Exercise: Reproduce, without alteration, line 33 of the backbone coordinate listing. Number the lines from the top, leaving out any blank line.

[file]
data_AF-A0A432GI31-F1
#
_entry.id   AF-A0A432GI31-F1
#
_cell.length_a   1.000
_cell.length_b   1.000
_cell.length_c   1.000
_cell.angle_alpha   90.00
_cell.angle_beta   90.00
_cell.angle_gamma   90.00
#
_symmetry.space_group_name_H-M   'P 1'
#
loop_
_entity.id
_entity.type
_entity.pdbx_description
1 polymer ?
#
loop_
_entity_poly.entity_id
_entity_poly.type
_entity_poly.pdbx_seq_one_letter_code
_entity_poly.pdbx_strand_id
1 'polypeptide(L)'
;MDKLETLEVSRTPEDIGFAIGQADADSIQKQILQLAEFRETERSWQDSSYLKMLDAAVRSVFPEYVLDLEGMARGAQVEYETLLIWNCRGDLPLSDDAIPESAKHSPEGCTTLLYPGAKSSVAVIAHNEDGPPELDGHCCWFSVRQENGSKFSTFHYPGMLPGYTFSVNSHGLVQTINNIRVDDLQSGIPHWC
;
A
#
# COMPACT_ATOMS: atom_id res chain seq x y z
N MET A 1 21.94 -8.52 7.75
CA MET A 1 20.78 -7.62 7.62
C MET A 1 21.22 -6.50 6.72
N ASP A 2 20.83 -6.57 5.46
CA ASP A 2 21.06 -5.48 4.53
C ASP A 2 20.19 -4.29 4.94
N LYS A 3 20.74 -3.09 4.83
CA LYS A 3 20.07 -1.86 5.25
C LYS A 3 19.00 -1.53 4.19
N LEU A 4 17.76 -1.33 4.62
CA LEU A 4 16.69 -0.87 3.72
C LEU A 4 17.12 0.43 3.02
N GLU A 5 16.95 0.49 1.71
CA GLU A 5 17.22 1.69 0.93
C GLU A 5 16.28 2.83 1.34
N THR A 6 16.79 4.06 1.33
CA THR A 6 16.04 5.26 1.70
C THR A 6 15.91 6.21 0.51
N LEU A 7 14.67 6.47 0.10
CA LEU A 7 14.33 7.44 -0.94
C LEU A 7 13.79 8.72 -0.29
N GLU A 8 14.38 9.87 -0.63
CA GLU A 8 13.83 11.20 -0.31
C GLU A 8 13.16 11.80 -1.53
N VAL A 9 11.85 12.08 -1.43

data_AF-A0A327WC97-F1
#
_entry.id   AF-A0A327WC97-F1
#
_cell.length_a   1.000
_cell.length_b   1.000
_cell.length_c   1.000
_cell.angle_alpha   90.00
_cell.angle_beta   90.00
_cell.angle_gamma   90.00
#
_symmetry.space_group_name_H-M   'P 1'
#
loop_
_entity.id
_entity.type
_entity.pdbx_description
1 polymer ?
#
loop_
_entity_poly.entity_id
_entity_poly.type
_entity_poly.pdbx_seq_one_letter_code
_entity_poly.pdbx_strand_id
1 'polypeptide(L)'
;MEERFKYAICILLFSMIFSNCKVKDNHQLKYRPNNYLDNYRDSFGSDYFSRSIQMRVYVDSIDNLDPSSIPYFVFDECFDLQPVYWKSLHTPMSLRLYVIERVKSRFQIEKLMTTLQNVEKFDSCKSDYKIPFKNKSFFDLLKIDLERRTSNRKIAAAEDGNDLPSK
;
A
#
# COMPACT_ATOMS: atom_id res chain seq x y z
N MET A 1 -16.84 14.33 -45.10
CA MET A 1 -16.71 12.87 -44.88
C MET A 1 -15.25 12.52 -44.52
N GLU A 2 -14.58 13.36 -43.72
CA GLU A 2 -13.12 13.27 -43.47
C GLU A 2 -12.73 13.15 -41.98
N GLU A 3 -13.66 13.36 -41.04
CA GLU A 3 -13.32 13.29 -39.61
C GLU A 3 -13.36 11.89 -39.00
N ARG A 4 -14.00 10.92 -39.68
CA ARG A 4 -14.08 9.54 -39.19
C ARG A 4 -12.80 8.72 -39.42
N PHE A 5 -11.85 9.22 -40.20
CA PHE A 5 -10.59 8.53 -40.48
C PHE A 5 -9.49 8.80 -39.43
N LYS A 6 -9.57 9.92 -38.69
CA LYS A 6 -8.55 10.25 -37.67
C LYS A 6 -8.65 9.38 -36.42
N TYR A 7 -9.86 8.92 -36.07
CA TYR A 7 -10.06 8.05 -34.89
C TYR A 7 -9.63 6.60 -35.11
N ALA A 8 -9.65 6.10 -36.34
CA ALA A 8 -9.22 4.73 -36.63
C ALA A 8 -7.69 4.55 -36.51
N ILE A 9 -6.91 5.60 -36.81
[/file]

C MET A 1 21.22 -6.50 6.72